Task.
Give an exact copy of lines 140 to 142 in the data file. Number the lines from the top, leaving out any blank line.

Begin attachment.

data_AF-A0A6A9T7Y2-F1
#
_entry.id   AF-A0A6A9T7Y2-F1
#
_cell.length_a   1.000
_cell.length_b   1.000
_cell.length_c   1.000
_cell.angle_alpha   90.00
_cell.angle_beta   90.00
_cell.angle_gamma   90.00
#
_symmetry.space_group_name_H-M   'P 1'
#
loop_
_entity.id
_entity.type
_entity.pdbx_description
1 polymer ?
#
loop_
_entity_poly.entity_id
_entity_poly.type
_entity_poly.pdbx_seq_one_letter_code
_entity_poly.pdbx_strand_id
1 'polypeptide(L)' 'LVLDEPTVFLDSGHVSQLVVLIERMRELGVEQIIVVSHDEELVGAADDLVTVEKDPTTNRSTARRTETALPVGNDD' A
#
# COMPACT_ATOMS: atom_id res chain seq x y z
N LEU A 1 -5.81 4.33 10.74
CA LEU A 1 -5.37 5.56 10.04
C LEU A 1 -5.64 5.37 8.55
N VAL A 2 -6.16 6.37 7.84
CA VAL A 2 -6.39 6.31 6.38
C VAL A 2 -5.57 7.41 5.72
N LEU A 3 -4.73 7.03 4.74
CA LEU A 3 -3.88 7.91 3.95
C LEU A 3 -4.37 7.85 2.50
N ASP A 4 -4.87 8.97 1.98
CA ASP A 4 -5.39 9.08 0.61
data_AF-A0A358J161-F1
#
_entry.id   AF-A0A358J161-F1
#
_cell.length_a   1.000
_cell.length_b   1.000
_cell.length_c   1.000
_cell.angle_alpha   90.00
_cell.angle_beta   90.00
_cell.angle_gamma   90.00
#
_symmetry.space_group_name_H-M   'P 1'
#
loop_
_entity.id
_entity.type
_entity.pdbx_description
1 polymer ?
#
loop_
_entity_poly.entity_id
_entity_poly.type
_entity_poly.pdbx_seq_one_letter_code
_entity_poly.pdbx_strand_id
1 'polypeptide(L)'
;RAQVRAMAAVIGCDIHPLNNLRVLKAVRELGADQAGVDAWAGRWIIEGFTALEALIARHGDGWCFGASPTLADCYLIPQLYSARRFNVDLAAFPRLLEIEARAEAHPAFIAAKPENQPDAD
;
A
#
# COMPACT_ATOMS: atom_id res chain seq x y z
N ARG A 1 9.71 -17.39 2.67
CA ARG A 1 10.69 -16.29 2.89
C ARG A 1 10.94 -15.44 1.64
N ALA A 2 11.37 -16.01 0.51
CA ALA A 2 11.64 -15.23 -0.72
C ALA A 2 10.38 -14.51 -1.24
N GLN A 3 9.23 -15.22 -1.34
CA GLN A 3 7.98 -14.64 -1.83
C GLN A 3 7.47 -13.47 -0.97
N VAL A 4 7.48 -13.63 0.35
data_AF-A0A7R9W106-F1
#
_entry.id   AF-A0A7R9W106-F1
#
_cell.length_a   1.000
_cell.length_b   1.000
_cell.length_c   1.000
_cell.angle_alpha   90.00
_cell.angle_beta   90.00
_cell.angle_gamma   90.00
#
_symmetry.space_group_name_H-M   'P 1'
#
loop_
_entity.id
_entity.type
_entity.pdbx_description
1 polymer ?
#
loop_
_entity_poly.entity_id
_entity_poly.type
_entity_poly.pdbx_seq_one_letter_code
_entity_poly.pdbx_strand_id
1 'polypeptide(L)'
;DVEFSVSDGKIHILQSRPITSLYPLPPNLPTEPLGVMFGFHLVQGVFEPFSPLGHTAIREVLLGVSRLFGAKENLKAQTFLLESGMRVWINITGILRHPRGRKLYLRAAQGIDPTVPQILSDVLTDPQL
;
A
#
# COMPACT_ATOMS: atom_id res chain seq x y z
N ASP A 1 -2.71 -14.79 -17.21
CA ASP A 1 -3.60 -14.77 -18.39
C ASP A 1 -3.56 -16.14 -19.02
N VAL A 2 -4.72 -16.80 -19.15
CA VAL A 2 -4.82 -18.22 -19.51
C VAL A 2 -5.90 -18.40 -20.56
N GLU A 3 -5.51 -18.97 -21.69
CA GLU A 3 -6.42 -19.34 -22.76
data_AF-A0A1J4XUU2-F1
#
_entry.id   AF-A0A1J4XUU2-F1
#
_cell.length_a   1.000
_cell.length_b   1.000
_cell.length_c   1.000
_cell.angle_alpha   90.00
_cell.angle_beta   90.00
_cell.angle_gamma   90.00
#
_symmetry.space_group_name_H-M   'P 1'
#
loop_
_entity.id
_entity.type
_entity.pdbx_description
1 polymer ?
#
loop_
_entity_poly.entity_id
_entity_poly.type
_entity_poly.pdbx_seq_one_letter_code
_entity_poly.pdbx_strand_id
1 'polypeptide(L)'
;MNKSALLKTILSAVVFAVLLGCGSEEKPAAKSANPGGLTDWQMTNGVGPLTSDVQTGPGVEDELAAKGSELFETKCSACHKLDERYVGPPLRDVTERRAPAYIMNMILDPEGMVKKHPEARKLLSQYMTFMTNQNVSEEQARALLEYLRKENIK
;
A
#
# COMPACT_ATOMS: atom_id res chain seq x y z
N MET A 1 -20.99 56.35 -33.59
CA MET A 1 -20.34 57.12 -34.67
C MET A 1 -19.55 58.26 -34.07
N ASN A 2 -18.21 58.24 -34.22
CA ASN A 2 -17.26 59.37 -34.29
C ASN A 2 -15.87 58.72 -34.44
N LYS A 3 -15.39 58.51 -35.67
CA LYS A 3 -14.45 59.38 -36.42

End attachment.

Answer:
_entity_poly.pdbx_strand_id
1 'polypeptide(L)'
;MNKSALLKTILSAVVFAVLLGCGSEEKPAAKSANPGGLTDWQMTNGVGPLTSDVQTGPGVEDELAAKGSELFETKCSACHKLDERYVGPPLRDVTERRAPAYIMNMILDPEGMVKKHPEARKLLSQYMTFMTNQNVSEEQARALLEYLRKENIK